In a speech Friday on the House floor, Gutierrez accused his Republican colleagues of "stoking anti-immigrant fears and mass-deportation fantasies."

"The vote is a political stunt disguised as a legal brief because the Republican majority sees a crass political opportunity to stand with the anti-immigration wing of their party," he said.  

The United States Hispanic Chamber of Commerce and 60 individual business leaders, including Facebook CEO Mark Zuckerberg, filed an amicus brief supporting Obama last week.

Before the vote Thursday, Democratic Rep. Linda Sanchez, head of the Congressional Hispanic Caucus, said "the Latino community is being used for political purposes."

Sanchez added: "We are being demonized, we are being marginalized, and we see a frightening level of hateful rhetoric and vile hate speech aimed at our community, and nobody is standing up within the Republican Party to say that this is unacceptable."

America's Voice, a pro-immigration advocacy group, said the vote Thursday was the eighth "anti-immigration" vote taken by Republicans in the current session of Congress.

Senate Minority Leader Harry Reid, House Minority Leader Nancy Pelosi and 223 other Democrats filed an amicus brief backing Obama earlier this month, but there was no vote on the brief and it represents them as individuals.

In still another amicus brief, almost 120 cities and counties across the United States on March 8 expressed support for Obama, among them Pembroke Pines, Tampa and Sunrise.


March 16, 2016

Exit polls: Marco Rubio, Hillary Clinton took Florida Hispanic vote

via @learyreports

Marco Rubio took 52 percent of the Hispanic vote in Florida vs. 27 percent for Donald Trump, according to exit polls.

Hispanics made up 17 percent of the GOP primary electorate in Florida. They made up 20 percent on the Democratic side and went for Hillary Clinton overBernie Sanders by a 72-28 percent margin.

Immigration ranked fourth among Republicans as the top issue (12%), behind economy/jobs (35%), government spending (26%), and terrorism (22%).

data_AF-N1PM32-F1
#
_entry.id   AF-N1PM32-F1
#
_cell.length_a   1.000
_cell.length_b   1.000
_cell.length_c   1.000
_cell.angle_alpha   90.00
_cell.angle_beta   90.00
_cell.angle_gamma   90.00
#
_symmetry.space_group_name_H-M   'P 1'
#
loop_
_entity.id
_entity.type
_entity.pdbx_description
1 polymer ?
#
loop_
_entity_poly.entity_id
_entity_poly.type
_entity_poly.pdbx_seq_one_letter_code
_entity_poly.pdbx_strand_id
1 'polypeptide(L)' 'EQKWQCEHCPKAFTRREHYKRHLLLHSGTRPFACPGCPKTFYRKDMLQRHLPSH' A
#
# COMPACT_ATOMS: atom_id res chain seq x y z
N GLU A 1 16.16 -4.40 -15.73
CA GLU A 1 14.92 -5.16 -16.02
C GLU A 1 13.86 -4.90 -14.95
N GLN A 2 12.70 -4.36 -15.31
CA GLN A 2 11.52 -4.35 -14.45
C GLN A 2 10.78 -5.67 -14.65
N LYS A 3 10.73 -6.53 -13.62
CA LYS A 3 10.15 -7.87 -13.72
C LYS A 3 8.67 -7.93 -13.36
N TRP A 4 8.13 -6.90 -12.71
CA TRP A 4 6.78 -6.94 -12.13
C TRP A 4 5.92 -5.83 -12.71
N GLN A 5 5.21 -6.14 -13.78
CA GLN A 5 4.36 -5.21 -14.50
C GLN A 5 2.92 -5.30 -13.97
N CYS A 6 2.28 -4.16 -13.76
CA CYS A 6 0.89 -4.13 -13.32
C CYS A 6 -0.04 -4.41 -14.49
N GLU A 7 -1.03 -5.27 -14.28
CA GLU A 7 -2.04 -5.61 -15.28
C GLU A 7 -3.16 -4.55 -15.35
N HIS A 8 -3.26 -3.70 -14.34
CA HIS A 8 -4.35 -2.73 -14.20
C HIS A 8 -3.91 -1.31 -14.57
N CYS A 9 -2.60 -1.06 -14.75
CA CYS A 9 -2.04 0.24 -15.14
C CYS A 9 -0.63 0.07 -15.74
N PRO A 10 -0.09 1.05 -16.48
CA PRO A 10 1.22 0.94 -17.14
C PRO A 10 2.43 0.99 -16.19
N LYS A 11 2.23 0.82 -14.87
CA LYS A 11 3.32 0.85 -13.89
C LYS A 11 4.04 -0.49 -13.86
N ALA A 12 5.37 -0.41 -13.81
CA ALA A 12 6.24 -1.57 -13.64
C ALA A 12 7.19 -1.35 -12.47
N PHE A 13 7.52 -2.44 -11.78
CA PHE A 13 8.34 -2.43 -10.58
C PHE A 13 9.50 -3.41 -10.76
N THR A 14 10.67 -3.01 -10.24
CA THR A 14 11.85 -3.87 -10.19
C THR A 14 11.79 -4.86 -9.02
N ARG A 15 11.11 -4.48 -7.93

By a 53%-38% margin, Florida Republicans believe undocumented immigrants should be offered legal status (54%) instead of deported (38%).

Frank Sharry of America's Voice said Rubio's contortions on immigration reform were "an embarrassment."

"Marco Rubio's cautionary tale is not that he stood up for immigration reform, it's that he didn't," Sharry said on a conference call to discuss the exit polls.

"There are so many Cuban-American Republicans who have had this tradition of standing up for immigration reform, from Mel Martinez to Lincoln Diaz-Balart and Ileana Ros-Lehtinen and Mario Diaz-Balart and people like Al Cardenas. Rubio running from it was really an embarrassment. He could have stood up and said, 'Look, not only are we going to solve the problem but here are some of the aspects of the bill that I fought for that are very conservative that would have been real instead of all this talk of walls.' He didn't. He listened to his pollsters. ... He had a very confused message that was again trying to be all things for all people and ultimately it became a character issue for him."

--ALEX LEARY, Tampa Bay Times

March 10, 2016

Hillary Clinton attacked Bernie Sanders on immigration including amendment on Minutemen

Immigration policy was a big topic at the Univision-Washington Post Democratic presidential debate in Miami. On several occasions, Hillary Clinton took the opportunity to attack Bernie Sanders’ record on immigration.

At one point, she said, "In 2006, when Sen. Sanders was running for the Senate from Vermont, he voted in the House with hard-line Republicans for indefinite detention for undocumented immigrants, and then he sided with those Republicans to stand with vigilantes known as Minutemen who were taking up outposts along the border to hunt down immigrants."

She later repeated both parts of this charge.

Sanders took issue with Clinton’s statements during the debate. Responding to a question from moderator Jorge Ramos about whether he supported the Minutemen, Sanders said, "Of course not. There was a piece of legislation supported by dozens and dozens of members of the House which codified existing legislation. What the secretary is doing tonight and has done very often is take large pieces of legislation and take pieces out of it."